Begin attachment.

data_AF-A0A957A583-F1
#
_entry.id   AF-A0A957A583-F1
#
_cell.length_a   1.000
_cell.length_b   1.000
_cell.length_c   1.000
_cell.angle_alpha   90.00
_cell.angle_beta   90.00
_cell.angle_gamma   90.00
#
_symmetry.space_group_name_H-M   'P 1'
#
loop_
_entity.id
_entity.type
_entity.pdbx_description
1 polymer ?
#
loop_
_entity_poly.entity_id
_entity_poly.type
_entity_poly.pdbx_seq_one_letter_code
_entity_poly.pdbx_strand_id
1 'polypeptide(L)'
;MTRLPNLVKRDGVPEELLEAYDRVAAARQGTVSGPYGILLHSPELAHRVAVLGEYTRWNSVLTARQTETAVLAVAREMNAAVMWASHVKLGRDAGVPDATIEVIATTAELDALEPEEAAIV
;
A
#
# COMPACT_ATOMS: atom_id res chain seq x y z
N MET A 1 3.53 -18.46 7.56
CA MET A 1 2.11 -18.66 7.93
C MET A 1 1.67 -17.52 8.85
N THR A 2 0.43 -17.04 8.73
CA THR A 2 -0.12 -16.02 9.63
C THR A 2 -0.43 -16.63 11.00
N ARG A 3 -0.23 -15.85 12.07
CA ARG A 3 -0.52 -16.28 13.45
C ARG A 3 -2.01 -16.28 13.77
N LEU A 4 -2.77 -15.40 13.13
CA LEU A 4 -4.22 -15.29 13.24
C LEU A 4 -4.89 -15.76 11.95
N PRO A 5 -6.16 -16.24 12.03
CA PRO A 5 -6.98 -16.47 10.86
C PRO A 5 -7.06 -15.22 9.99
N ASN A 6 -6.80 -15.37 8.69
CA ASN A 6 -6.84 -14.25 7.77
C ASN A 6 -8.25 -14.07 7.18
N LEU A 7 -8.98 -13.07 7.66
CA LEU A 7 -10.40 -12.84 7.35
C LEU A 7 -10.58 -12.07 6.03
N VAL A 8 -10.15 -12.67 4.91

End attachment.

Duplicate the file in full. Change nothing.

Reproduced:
data_AF-A0A957A583-F1
#
_entry.id   AF-A0A957A583-F1
#
_cell.length_a   1.000
_cell.length_b   1.000
_cell.length_c   1.000
_cell.angle_alpha   90.00
_cell.angle_beta   90.00
_cell.angle_gamma   90.00
#
_symmetry.space_group_name_H-M   'P 1'
#
loop_
_entity.id
_entity.type
_entity.pdbx_description
1 polymer ?
#
loop_
_entity_poly.entity_id
_entity_poly.type
_entity_poly.pdbx_seq_one_letter_code
_entity_poly.pdbx_strand_id
1 'polypeptide(L)'
;MTRLPNLVKRDGVPEELLEAYDRVAAARQGTVSGPYGILLHSPELAHRVAVLGEYTRWNSVLTARQTETAVLAVAREMNAAVMWASHVKLGRDAGVPDATIEVIATTAELDALEPEEAAIV
;
A
#
# COMPACT_ATOMS: atom_id res chain seq x y z
N MET A 1 3.53 -18.46 7.56
CA MET A 1 2.11 -18.66 7.93
C MET A 1 1.67 -17.52 8.85
N THR A 2 0.43 -17.04 8.73
CA THR A 2 -0.12 -16.02 9.63
C THR A 2 -0.43 -16.63 11.00
N ARG A 3 -0.23 -15.85 12.07
CA ARG A 3 -0.52 -16.28 13.45
C ARG A 3 -2.01 -16.28 13.77
N LEU A 4 -2.77 -15.40 13.13
CA LEU A 4 -4.22 -15.29 13.24
C LEU A 4 -4.89 -15.76 11.95
N PRO A 5 -6.16 -16.24 12.03
CA PRO A 5 -6.98 -16.47 10.86
C PRO A 5 -7.06 -15.22 9.99
N ASN A 6 -6.80 -15.37 8.69
CA ASN A 6 -6.84 -14.25 7.77
C ASN A 6 -8.25 -14.07 7.18
N LEU A 7 -8.98 -13.07 7.66
CA LEU A 7 -10.40 -12.84 7.35
C LEU A 7 -10.58 -12.07 6.03
N VAL A 8 -10.15 -12.67 4.91